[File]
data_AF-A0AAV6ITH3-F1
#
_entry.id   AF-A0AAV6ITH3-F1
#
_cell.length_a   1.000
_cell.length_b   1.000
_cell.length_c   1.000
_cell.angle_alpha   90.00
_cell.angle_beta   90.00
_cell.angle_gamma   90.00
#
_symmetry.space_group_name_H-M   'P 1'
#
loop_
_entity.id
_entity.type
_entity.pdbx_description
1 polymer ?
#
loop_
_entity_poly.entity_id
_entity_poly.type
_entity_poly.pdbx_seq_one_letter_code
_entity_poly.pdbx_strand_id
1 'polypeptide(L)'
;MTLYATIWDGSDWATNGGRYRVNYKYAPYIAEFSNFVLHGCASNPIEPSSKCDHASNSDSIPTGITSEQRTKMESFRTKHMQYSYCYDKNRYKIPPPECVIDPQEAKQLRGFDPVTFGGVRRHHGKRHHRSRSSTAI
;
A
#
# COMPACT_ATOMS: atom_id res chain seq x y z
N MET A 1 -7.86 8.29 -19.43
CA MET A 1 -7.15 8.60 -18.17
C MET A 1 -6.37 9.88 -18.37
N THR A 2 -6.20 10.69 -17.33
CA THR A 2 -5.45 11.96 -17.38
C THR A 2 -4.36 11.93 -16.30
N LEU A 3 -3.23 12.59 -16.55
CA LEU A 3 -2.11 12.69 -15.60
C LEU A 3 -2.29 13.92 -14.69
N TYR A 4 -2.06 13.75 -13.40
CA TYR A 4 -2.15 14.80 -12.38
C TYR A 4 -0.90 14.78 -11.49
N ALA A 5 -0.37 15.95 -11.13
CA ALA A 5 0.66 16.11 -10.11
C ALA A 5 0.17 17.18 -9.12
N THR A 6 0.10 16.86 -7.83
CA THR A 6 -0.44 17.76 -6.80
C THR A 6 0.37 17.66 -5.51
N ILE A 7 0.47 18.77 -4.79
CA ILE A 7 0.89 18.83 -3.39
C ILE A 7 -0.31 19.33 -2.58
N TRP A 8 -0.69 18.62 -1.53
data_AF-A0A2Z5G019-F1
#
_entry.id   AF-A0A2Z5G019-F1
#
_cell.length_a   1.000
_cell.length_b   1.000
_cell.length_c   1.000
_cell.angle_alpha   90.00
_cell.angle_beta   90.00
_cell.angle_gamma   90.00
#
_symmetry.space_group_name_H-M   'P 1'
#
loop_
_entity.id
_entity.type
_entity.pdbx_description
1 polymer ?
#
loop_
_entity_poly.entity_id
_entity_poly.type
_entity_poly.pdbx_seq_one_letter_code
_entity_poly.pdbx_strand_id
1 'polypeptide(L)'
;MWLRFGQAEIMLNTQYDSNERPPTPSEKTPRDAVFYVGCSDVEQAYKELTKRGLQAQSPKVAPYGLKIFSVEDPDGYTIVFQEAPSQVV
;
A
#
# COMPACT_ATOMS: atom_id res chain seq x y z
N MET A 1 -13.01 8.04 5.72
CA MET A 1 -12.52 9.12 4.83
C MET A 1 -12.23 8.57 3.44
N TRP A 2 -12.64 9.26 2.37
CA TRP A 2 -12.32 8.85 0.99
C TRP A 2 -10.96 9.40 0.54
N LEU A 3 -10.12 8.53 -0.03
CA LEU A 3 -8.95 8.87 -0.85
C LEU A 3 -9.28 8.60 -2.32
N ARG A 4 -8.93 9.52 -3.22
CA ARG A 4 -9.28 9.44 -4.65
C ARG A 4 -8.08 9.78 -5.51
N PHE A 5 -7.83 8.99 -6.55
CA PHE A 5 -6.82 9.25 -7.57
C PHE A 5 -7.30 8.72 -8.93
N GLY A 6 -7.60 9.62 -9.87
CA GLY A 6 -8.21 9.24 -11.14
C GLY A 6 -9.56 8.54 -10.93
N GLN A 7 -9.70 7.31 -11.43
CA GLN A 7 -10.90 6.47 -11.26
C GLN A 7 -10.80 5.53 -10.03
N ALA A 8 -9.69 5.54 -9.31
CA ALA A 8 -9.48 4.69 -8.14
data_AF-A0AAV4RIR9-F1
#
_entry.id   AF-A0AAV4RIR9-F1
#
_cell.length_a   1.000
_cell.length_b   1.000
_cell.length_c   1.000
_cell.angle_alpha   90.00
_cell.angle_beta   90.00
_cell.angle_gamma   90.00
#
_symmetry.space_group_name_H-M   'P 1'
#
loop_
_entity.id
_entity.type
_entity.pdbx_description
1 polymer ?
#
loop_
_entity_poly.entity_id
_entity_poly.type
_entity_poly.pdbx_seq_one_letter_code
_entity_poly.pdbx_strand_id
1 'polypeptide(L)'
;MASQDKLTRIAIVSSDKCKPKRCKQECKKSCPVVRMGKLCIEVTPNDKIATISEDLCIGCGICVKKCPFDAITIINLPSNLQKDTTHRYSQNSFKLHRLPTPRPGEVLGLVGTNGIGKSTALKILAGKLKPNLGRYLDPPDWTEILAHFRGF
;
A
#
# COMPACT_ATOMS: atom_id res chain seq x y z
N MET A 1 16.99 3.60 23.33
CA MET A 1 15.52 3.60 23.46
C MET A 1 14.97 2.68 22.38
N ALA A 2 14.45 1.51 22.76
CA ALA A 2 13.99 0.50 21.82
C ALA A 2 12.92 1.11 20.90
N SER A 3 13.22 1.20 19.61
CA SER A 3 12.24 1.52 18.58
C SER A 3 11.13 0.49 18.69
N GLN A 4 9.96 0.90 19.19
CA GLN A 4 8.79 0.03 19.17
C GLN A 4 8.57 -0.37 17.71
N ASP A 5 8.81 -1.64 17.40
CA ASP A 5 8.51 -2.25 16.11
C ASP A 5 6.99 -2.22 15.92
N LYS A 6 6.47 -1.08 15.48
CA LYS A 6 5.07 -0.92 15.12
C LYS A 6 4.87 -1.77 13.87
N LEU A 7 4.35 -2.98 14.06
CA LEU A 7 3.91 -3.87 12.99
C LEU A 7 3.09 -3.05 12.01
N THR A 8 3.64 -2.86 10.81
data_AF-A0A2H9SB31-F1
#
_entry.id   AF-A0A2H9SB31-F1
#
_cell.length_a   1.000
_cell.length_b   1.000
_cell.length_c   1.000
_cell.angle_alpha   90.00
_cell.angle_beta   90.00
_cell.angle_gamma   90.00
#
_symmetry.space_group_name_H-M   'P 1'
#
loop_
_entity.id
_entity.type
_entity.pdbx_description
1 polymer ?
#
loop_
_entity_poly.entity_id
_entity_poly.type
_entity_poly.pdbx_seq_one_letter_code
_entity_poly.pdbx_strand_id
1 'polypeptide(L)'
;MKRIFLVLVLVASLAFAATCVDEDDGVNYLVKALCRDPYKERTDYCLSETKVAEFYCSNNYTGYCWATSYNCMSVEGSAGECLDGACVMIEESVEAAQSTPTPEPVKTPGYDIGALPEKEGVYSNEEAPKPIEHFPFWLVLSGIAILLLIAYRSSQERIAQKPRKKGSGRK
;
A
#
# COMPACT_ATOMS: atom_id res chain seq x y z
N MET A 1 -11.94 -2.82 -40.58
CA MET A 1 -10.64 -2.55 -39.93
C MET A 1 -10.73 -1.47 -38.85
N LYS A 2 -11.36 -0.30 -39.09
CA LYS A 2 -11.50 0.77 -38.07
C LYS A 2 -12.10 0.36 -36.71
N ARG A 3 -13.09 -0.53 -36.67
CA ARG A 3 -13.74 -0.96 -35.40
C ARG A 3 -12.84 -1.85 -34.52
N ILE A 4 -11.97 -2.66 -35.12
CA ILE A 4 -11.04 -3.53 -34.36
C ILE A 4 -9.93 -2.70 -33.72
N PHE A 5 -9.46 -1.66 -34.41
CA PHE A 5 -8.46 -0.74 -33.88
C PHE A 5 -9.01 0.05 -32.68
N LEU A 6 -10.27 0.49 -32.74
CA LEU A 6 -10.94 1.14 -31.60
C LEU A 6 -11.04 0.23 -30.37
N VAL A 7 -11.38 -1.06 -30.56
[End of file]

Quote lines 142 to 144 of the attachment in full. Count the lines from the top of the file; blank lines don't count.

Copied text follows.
N SER A 3 13.22 1.20 19.61
CA SER A 3 12.24 1.52 18.58
C SER A 3 11.13 0.49 18.69